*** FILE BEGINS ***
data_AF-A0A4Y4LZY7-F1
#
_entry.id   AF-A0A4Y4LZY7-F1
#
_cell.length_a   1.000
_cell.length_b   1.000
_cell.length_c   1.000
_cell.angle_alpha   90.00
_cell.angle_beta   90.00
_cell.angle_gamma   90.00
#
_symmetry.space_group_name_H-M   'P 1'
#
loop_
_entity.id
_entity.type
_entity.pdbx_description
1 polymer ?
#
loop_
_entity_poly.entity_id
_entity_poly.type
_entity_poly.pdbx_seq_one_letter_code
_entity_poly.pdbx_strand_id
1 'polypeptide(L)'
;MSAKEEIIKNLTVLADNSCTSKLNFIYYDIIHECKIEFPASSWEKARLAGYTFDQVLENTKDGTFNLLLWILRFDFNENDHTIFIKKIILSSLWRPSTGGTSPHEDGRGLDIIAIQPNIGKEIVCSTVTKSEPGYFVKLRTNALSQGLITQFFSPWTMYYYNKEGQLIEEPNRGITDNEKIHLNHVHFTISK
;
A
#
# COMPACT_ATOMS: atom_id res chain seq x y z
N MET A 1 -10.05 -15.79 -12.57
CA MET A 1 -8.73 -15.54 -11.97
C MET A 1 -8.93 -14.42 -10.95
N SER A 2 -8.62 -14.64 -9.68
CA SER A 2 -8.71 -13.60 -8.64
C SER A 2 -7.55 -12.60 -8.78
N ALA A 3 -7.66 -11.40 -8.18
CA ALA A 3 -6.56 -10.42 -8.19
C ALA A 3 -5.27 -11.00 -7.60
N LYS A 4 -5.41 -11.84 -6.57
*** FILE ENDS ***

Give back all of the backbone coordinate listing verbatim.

data_AF-A0A4Y4LZY7-F1
#
_entry.id   AF-A0A4Y4LZY7-F1
#
_cell.length_a   1.000
_cell.length_b   1.000
_cell.length_c   1.000
_cell.angle_alpha   90.00
_cell.angle_beta   90.00
_cell.angle_gamma   90.00
#
_symmetry.space_group_name_H-M   'P 1'
#
loop_
_entity.id
_entity.type
_entity.pdbx_description
1 polymer ?
#
loop_
_entity_poly.entity_id
_entity_poly.type
_entity_poly.pdbx_seq_one_letter_code
_entity_poly.pdbx_strand_id
1 'polypeptide(L)'
;MSAKEEIIKNLTVLADNSCTSKLNFIYYDIIHECKIEFPASSWEKARLAGYTFDQVLENTKDGTFNLLLWILRFDFNENDHTIFIKKIILSSLWRPSTGGTSPHEDGRGLDIIAIQPNIGKEIVCSTVTKSEPGYFVKLRTNALSQGLITQFFSPWTMYYYNKEGQLIEEPNRGITDNEKIHLNHVHFTISK
;
A
#
# COMPACT_ATOMS: atom_id res chain seq x y z
N MET A 1 -10.05 -15.79 -12.57
CA MET A 1 -8.73 -15.54 -11.97
C MET A 1 -8.93 -14.42 -10.95
N SER A 2 -8.62 -14.64 -9.68
CA SER A 2 -8.71 -13.60 -8.64
C SER A 2 -7.55 -12.60 -8.78
N ALA A 3 -7.66 -11.40 -8.18
CA ALA A 3 -6.56 -10.42 -8.19
C ALA A 3 -5.27 -11.00 -7.60
N LYS A 4 -5.41 -11.84 -6.57